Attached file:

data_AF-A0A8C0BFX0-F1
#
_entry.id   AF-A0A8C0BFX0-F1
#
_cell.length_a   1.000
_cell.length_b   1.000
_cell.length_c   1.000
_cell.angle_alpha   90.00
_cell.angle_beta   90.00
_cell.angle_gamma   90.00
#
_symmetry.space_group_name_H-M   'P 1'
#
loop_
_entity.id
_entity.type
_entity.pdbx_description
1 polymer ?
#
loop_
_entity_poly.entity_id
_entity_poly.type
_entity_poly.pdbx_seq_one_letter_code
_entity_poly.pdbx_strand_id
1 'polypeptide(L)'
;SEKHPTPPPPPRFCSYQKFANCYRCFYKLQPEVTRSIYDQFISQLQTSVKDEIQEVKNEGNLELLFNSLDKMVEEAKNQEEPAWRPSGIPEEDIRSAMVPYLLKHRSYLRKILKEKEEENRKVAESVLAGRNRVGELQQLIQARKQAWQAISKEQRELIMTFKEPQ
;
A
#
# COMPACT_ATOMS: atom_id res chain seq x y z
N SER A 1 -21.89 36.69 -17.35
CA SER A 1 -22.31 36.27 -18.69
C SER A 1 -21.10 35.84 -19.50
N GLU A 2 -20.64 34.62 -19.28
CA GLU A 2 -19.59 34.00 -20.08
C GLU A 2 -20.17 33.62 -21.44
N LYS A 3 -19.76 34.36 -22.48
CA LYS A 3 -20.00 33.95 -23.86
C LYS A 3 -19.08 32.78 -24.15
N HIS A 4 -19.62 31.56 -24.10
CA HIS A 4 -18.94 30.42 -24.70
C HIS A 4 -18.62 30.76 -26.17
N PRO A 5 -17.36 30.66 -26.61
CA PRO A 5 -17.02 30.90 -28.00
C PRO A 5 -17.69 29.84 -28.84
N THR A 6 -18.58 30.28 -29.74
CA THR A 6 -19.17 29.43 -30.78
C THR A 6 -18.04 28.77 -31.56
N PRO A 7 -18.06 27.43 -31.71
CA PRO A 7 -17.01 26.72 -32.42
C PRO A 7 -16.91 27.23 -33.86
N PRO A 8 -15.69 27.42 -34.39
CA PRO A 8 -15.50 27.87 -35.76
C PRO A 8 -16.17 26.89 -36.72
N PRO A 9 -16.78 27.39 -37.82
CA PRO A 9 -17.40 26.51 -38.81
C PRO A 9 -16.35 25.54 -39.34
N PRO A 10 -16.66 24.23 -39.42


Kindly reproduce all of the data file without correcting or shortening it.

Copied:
data_AF-A0A8C0BFX0-F1
#
_entry.id   AF-A0A8C0BFX0-F1
#
_cell.length_a   1.000
_cell.length_b   1.000
_cell.length_c   1.000
_cell.angle_alpha   90.00
_cell.angle_beta   90.00
_cell.angle_gamma   90.00
#
_symmetry.space_group_name_H-M   'P 1'
#
loop_
_entity.id
_entity.type
_entity.pdbx_description
1 polymer ?
#
loop_
_entity_poly.entity_id
_entity_poly.type
_entity_poly.pdbx_seq_one_letter_code
_entity_poly.pdbx_strand_id
1 'polypeptide(L)'
;SEKHPTPPPPPRFCSYQKFANCYRCFYKLQPEVTRSIYDQFISQLQTSVKDEIQEVKNEGNLELLFNSLDKMVEEAKNQEEPAWRPSGIPEEDIRSAMVPYLLKHRSYLRKILKEKEEENRKVAESVLAGRNRVGELQQLIQARKQAWQAISKEQRELIMTFKEPQ
;
A
#
# COMPACT_ATOMS: atom_id res chain seq x y z
N SER A 1 -21.89 36.69 -17.35
CA SER A 1 -22.31 36.27 -18.69
C SER A 1 -21.10 35.84 -19.50
N GLU A 2 -20.64 34.62 -19.28
CA GLU A 2 -19.59 34.00 -20.08
C GLU A 2 -20.17 33.62 -21.44
N LYS A 3 -19.76 34.36 -22.48
CA LYS A 3 -20.00 33.95 -23.86
C LYS A 3 -19.08 32.78 -24.15
N HIS A 4 -19.62 31.56 -24.10
CA HIS A 4 -18.94 30.42 -24.70
C HIS A 4 -18.62 30.76 -26.17
N PRO A 5 -17.36 30.66 -26.61
CA PRO A 5 -17.02 30.90 -28.00
C PRO A 5 -17.69 29.84 -28.84
N THR A 6 -18.58 30.28 -29.74
CA THR A 6 -19.17 29.43 -30.78
C THR A 6 -18.04 28.77 -31.56
N PRO A 7 -18.06 27.43 -31.71
CA PRO A 7 -17.01 26.72 -32.42
C PRO A 7 -16.91 27.23 -33.86
N PRO A 8 -15.69 27.42 -34.39
CA PRO A 8 -15.50 27.87 -35.76
C PRO A 8 -16.17 26.89 -36.72
N PRO A 9 -16.78 27.39 -37.82
CA PRO A 9 -17.40 26.51 -38.81
C PRO A 9 -16.35 25.54 -39.34
N PRO A 10 -16.66 24.23 -39.42